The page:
@wwhitney Wayne, it took me a while to fully understand the last solution that you proposed. I tried translating it into a block diagram. According to my interpretation of your proposal, the orange colored blocks are what need to be installed and the corresponding electrical connections need to be made. Please ignore my lack of familiarity with electrical wiring conventions and let me know if my block diagram captures accurately what you suggested.

thanks.
 

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wwhitney

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Berkeley, CA
For the most part, yes. BTW, that type of block diagram is called a one line diagram and you've executed the format well. Some minor terminological notes: in the main panel, call the lowest block "distribution section" rather than "distribution panel"; also the meter is in the main panel enclosure, so it would typically be a small box in the upper left of the big box. Two substantive comments:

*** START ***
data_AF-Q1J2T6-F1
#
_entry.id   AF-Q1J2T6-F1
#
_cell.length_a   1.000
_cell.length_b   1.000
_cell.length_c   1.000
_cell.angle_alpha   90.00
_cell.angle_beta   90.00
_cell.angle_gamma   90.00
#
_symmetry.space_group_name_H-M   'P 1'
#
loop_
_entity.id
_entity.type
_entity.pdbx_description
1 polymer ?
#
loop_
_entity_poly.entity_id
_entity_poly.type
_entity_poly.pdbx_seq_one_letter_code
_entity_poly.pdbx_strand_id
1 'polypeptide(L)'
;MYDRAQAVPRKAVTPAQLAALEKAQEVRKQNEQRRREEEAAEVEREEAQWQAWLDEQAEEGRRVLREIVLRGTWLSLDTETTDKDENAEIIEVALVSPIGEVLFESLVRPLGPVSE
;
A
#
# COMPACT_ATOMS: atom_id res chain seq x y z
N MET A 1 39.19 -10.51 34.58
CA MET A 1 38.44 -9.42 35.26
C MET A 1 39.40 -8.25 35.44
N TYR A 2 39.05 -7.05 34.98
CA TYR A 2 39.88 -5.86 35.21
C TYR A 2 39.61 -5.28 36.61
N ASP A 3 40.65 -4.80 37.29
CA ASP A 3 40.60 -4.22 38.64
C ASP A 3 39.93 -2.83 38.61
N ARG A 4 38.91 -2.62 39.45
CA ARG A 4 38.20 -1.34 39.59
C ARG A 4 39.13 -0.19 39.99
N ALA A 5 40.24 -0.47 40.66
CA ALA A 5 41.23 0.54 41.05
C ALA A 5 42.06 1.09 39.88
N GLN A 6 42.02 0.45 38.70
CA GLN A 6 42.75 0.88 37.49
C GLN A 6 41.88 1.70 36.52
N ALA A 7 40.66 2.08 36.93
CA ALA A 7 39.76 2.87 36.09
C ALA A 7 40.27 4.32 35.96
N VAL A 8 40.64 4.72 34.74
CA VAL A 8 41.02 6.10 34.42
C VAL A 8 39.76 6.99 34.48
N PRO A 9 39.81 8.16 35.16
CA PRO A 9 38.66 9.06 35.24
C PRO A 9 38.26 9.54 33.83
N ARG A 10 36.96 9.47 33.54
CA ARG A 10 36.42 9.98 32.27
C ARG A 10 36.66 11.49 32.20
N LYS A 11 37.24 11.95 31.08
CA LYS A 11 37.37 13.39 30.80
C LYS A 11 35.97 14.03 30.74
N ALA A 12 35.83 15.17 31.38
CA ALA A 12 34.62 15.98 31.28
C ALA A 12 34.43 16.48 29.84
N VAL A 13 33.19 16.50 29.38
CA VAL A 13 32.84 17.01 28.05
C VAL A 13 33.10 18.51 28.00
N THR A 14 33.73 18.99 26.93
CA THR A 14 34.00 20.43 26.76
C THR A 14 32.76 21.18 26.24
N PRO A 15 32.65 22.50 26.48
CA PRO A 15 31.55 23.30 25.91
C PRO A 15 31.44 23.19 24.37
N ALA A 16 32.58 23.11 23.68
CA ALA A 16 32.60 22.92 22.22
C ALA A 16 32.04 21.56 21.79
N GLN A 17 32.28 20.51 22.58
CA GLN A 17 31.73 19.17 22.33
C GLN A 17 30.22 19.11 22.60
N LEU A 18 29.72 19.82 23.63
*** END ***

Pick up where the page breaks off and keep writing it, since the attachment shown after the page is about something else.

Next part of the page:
1) The need for the new 90A disconnect depends on the details of what's downstream of the current 90A breaker in the main breaker panel. There's a small chance that you have a single AC unit, which is marked with, say, MCA 80A (minimum circuit ampacity), MOCP (maximum overcurrent protection) 100A, and the circuit conductors have an ampacity of 100A already (say #3 Cu), and you could eliminate that 90A disconnect. Not very likely, as the current breaker is 90A, but a detail to be checked.